* Weak U.S. data reduce likelihood of Fed rate hike in
* European markets expected to open flat to slightly lower
* Treasuries yield curve steepens to most in 2-1/2 months
* South Korea, China, Taiwan, Hong Kong closed for holidays
* Swiss National Bank, Bank of England hold rates steady
* Oil futures pull back after Thursday's surge
By Nichola Saminather
SINGAPORE, Sept 16 Asian stocks firmed on Friday
after weak U.S. data reduced already low expectations of an
interest rate increase by the Federal Reserve next week, sending
the Treasury yield curve surging to its steepest level in 2-1/2
Europe was poised for a more muted start, with financial
spreadbetters predicting Britain's FTSE 100 will open
down about 0.09 percent, while Germany's DAX and
France's CAC 40 were seen starting the day flat.
MSCI's broadest index of Asia-Pacific shares outside Japan
rose 0.4 percent, but was headed for a loss of
2.3 percent for the week.
Japan's Nikkei extended gains to close 0.7 percent
higher, but posted a weekly loss of 2.6 percent on worries about
the course of action the Bank of Japan will take at its policy
review on Sept. 20-21.
Australian shares ended the day up 1.1 percent,
posting a 0.8 percent loss for the week. South Korean, Chinese,
Taiwanese and Hong Kong markets are closed for holidays.
U.S. August retail sales and manufacturing output fell more
than expected, data on Thursday showed. The lacklustre reports
prompted the Atlanta Fed to lower its third-quarter gross
domestic product estimate to a 3 percent annual rate, from 3.3
"Anyone still left calling for a September hike next week
from the Federal Reserve must be feeling a bit hot under the
collar after further signs of economic vulnerabilities," Chris
Weston, chief market strategist at IG in Melbourne, wrote in a
"It's no surprise to see reasonable buying in the short- to
medium-duration U.S. Treasuries, while the longer end of the
curve hardly moved," he said.
The gap between five-year note yields and 30-year bond
yields widened to as much as 130.10 basis points
on Thursday, the steepest since June 27.
Futures traders are now pricing in a 12 percent chance of a
rate increase this month, down from 15 percent on Wednesday,
according to the CME Group's FedWatch tool. Friday's consumer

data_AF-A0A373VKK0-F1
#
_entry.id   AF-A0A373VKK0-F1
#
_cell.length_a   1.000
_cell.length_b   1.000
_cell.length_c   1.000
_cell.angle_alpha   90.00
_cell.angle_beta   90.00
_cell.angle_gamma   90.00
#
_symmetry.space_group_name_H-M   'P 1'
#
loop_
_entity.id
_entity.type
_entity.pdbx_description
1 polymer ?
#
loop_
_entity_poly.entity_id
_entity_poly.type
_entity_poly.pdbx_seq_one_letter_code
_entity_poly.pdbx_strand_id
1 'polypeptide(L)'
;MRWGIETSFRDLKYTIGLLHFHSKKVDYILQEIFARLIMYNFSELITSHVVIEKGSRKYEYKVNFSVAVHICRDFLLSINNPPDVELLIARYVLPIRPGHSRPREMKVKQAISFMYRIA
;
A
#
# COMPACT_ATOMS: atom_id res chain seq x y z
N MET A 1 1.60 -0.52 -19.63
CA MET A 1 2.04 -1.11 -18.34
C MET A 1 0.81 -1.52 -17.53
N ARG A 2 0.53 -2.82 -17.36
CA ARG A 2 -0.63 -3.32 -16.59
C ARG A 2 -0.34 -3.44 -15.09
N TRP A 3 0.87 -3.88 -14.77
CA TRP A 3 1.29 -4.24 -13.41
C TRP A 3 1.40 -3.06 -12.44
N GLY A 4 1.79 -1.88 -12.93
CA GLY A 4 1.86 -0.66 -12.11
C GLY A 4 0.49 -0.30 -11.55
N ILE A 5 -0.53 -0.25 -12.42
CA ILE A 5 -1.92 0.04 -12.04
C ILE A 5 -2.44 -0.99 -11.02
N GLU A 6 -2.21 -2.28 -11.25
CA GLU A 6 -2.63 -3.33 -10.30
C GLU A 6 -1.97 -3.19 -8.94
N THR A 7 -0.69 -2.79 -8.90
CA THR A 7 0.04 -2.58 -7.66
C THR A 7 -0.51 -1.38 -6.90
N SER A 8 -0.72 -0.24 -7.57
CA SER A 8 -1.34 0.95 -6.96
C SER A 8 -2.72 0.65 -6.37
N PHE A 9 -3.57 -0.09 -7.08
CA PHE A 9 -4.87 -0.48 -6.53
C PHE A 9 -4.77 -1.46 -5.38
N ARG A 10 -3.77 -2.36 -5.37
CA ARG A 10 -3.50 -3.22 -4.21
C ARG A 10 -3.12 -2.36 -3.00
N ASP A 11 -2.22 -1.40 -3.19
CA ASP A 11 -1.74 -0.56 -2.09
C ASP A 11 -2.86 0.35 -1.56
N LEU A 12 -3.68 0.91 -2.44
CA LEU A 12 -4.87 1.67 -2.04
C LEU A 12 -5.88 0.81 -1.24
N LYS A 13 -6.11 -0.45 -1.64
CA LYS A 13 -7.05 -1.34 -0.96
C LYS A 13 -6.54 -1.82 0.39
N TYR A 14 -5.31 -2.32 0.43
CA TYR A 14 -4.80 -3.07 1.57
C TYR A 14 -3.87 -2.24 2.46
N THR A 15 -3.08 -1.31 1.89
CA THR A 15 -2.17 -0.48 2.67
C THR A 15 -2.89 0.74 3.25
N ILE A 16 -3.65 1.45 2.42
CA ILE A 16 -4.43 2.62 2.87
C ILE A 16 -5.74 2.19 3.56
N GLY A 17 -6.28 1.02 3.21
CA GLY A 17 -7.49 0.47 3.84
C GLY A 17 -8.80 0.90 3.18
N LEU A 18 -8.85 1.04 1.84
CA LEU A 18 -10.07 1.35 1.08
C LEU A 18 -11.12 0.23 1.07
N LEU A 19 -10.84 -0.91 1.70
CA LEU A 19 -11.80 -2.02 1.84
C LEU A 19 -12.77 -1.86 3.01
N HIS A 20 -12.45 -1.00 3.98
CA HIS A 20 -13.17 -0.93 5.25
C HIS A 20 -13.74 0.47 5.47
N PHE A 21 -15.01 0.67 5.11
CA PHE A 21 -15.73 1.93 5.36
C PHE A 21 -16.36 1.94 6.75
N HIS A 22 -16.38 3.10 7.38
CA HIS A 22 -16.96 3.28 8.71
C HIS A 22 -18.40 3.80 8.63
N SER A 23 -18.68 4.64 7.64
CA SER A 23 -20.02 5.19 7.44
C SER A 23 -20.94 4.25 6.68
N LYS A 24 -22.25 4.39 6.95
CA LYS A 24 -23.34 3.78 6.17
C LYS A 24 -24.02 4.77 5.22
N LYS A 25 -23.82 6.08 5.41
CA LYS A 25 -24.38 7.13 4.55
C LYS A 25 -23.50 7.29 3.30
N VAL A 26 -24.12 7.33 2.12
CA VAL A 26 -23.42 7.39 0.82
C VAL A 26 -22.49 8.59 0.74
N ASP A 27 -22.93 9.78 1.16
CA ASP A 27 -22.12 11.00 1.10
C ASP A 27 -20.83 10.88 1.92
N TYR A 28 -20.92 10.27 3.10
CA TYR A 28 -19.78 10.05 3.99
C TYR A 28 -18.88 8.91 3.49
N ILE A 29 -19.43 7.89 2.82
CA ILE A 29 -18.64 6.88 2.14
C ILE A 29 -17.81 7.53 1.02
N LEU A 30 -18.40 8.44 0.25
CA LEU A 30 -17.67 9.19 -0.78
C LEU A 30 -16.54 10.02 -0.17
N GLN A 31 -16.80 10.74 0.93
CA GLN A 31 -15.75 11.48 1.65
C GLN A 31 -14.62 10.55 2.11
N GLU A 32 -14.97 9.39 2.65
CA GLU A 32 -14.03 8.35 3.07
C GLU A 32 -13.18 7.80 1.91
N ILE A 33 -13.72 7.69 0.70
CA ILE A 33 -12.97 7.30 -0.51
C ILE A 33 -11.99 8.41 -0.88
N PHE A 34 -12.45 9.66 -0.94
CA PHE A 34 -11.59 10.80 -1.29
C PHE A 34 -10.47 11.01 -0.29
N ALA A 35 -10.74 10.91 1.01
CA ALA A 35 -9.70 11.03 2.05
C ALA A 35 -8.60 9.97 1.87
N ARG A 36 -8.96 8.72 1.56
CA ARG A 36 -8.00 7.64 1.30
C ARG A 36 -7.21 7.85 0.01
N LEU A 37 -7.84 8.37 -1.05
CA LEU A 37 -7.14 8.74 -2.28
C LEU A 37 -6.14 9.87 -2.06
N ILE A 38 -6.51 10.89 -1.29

price inflation data is the next test for rates-focused traders.
Dwindling expectations of a rate hike helped boost U.S.
stock indexes between 1 percent and 1.5 percent on Thursday.
Wall Street also benefited from a 3.4 percent jump in Apple
shares, after the company said the first batch of its
new iPhone 7 Plus sold out globally.
The Fed will meet on the same dates as the BOJ, which will
unveil the results of a comprehensive review of its stimulus
programme after failing to reach its 2 percent inflation target.
The BOJ will consider making negative interest rates the
main focus of any future monetary easing at the review, sources
familiar with its thinking said earlier this week.
It is expected to maintain its base money target but
possibly change the mix of the assets it is buying, purchasing
more short-term bonds and fewer long-term ones in a bid to
steepen the yield curve.
"With inflation negative, a strong yen and modest growth we
expect the Bank of Japan to increase its Japanese government
bond purchases by 10 trillion yen, bringing the annual amount to
90 trillion yen," Sian Fenner, lead economist at Oxford
Economics, wrote in a note, adding that he does not expect a
further cut in rates.
"We also look for the BoJ to announce a change to the
composition of its asset purchases, with a focus on steepening
the yield curve," she said.
Few Japanese companies believe the central bank's aggressive
monetary stimulus will achieve its goal of spurring inflation, a
Reuters poll found, with firms citing negative fallout from the
programme more than positive effects.
On Thursday, the Swiss National Bank and the Bank of England
held interest rates steady.
The SNB warned that significant risks remain after sticking
with its ultra-loose monetary policy and currency intervention,
while the BOE said it is still likely to cut interest rates to
just above zero this year.
"While its minutes show the Bank of England is still willing
to wait and see if further easing is needed, should the expected
recession not materialise, monetary policy may need to reverse
sharply to prevent inflation building," Michael Metcalfe, head
of global macro strategy at State Street Global Markets, wrote
in a note.
In currencies, the dollar was little changed at 102.06 yen
after Thursday's 0.3 percent loss, and was heading for
a 0.6 percent decline for the week.
The dollar index, which tracks the greenback against a
basket of six major peers, also remained steady at 95.308, and
set to end the week little changed.
The euro <EUR=EBS was flat for both Friday and the week at
Oil prices pulled back on the resumption of exports from
Libya and Nigeria and worries that U.S. rig counts would
continue to rise. That followed gains on Thursday of as much as
2.5 percent as renewed risk appetite stemmed a two-day rout.
Brent crude slid 0.5 percent to $46.38 a barrel,
extending losses for the week to 3.4 percent. U.S. crude
retreated 0.6 percent to $43.66, poised to end the week down 4.8
Gold was steady after the resurgence in risk appetite pushed
it down 0.7 percent on Thursday. Spot gold was last
trading at $1,314.64 an ounce, down about 1 percent for the
(Reporting by Nichola Saminather; Editing by Shri Navaratnam
and Kim Coghill)